But getting right to it, the key is research.
Research, research, research. When I started all of this, I had no idea about anything when it came to publishing. And all I had was myself. I didn’t have writer friends until later on, and my creative writing UWG professors were beyond unhelpful nor supportive.
So it was me and the internet. Any question I had, I typed it into Google and hunted for the information I needed. I ended up reading a lot of author blogs, and how-to posts. Also, I read books for writing and publishing, such as The Complete Idiot’s Guide to Getting Published, Steering the Craft by Ursula K Le Guin, and Stephen King’s On Writing. I also stockpiled writing books such as John Gardner’s On Becoming A Novelist, Elizabeth George’s Write Away and Francine Prose’s Reading Like a Writer.
I found this post here, which is a great one about the differences between indie/self-publishing and traditional publishing, including the pros and cons of each. I’d like to add however that the two avenues of publishing are both valid and one isn’t “better” or more “real” or “professional” than the other. They have the same goal, to publish a book and they both accomplish that goal. Whether its indie or traditional, either way, a book gets published and that’s the end result we all want. So there’s no need to pretend that traditional publishing is more official or more respectable than indie publishing.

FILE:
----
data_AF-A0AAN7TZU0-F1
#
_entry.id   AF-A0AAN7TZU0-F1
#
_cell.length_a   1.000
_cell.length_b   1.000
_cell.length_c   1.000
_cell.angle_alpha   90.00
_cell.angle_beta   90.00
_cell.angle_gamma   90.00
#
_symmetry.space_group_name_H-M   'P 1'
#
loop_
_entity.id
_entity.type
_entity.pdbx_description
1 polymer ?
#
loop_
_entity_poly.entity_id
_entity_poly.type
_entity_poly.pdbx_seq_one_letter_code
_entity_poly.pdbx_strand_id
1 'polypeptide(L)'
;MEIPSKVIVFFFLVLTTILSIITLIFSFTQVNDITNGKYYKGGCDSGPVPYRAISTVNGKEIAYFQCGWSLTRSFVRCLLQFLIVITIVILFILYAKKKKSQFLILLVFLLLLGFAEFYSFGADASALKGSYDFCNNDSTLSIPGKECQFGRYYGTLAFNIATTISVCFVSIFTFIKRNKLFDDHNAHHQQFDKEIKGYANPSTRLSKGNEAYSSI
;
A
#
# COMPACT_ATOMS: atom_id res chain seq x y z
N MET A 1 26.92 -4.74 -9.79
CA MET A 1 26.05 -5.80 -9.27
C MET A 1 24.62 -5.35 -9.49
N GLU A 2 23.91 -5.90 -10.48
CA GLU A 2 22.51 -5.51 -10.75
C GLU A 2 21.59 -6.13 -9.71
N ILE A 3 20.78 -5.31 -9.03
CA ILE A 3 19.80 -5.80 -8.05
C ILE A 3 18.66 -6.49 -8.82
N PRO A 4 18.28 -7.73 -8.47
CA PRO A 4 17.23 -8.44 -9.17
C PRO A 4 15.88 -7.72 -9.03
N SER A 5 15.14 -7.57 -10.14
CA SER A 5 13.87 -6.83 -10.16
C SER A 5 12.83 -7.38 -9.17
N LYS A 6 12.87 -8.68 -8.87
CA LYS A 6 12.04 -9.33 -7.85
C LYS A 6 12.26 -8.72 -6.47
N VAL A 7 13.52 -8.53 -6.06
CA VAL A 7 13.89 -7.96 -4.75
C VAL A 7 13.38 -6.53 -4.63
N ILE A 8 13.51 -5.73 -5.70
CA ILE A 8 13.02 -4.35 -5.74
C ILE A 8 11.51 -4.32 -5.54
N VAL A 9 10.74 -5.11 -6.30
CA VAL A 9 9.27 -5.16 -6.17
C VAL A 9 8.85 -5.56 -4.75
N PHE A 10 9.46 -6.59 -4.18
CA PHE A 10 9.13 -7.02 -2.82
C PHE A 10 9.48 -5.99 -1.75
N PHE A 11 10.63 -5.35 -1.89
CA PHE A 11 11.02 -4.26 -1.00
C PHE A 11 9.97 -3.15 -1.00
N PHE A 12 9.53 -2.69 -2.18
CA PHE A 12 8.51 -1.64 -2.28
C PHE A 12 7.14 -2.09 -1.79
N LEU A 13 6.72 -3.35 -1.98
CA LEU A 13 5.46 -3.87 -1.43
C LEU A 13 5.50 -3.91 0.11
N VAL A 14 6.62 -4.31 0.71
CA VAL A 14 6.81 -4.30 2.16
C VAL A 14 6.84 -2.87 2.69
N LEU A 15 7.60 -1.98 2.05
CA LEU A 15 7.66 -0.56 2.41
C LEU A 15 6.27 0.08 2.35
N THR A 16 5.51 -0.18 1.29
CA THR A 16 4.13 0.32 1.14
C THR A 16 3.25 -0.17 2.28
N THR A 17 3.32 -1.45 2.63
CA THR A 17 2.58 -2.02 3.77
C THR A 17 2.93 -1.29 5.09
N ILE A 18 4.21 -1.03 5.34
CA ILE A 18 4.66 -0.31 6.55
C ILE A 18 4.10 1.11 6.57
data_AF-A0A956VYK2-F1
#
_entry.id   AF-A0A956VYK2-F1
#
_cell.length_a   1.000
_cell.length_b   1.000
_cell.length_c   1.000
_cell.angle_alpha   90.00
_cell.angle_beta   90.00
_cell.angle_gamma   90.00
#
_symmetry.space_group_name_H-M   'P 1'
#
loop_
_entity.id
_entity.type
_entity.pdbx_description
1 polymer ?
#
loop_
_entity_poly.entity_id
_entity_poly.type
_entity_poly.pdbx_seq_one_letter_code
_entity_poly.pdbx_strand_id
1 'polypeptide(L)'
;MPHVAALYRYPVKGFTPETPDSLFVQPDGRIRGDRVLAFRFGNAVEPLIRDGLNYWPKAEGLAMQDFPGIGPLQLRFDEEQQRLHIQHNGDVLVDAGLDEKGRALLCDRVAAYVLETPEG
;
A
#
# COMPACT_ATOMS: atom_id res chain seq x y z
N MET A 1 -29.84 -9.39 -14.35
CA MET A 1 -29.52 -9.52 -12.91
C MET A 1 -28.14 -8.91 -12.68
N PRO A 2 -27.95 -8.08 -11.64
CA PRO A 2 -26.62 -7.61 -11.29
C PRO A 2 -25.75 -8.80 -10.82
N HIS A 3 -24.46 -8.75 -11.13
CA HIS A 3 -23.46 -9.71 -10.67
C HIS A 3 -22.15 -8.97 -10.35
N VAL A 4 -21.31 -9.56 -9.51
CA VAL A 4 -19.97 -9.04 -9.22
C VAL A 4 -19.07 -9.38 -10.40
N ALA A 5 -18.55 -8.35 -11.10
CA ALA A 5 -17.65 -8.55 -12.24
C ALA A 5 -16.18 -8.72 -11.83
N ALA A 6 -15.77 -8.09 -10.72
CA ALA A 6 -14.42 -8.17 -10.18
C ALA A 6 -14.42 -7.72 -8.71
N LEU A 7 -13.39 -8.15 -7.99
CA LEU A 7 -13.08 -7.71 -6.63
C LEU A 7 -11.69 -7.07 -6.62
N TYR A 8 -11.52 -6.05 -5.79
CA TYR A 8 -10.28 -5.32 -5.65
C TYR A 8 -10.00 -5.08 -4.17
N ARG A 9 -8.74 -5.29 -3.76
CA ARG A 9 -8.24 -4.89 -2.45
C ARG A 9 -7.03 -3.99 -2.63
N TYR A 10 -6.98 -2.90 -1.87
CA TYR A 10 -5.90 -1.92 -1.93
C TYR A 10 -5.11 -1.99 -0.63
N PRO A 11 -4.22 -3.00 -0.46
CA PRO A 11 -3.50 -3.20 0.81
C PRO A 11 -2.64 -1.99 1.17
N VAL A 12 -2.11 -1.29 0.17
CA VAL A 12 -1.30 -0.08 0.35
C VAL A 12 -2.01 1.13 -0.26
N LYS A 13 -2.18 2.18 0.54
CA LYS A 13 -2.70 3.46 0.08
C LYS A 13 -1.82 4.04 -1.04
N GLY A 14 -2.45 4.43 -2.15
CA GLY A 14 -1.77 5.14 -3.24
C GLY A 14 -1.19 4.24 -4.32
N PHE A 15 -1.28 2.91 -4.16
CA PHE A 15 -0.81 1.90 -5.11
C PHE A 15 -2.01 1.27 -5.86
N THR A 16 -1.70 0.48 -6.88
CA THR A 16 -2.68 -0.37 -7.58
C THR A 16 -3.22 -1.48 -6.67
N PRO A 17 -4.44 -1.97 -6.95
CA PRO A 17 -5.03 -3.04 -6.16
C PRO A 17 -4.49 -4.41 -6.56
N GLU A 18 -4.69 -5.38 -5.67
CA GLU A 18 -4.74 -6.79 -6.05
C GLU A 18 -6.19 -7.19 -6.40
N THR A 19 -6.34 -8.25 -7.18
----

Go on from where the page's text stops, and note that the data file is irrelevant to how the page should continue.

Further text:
With that out of the way, it really boils down to personal choice, and it varies author by author.
For me, after all of my research, it became outstandingly clear that indie publishing was the way I wanted to go. Mainly because I felt the traditional publishing route had a few major flaws in it, and I decided I was willing to pay for my book rather than go through agents and slush piles and signing contracts.
So yes, I paid for everything that you see on The Other Side. The book cover design, I paid a book cover designer through the custom freelance design site Design Crowd. I paid for the copyright of the book and for the ISBN. I had to do research to find out how and where to do these things.
Research, research, research.
Don’t make major decisions after reading one article on the web. Read as much literature as you can. I for one, wish I had done more research on self-publishing platforms. I saw that Amazon had a self-publish link on their site, and went for it without further ado.
Afterwards, I realized Ingram Spark would have been the better choice, and I intend to go with them for my future books.
The same goes with understanding how editing works. Beta-reading is very good but it doesn’t replace copy editing or line editing. Jenna Moreci, self-published author and Booktuber, talks about the pros and cons of self-publishing as well as the pros and cons of traditional publishing if you want to watch videos, she curses but is still very informative. In Jenna’s video 10 Worst Pieces of Writing Advice, at the time stamp 2:50, Jenna says a line that I wish I heard earlier in my career.
“An unedited book is an unfinished book.”